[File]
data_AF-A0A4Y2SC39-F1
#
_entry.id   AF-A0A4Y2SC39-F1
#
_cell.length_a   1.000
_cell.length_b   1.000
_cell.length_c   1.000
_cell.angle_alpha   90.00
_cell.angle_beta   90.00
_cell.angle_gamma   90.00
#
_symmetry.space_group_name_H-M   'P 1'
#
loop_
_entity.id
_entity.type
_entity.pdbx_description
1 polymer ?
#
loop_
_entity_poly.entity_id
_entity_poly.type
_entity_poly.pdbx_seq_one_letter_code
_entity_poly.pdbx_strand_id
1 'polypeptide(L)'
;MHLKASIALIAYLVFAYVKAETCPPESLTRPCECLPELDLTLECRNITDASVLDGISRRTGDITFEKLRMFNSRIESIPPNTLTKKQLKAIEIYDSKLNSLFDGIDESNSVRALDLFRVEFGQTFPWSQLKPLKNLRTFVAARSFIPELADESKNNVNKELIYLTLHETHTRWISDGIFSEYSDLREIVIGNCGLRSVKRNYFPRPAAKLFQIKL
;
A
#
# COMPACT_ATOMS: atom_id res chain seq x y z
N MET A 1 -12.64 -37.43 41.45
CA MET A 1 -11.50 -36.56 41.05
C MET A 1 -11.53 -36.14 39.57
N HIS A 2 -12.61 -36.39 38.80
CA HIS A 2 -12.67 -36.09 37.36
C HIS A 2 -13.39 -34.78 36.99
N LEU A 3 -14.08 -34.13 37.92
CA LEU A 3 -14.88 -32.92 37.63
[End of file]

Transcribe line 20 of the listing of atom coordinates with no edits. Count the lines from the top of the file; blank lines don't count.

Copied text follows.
loop_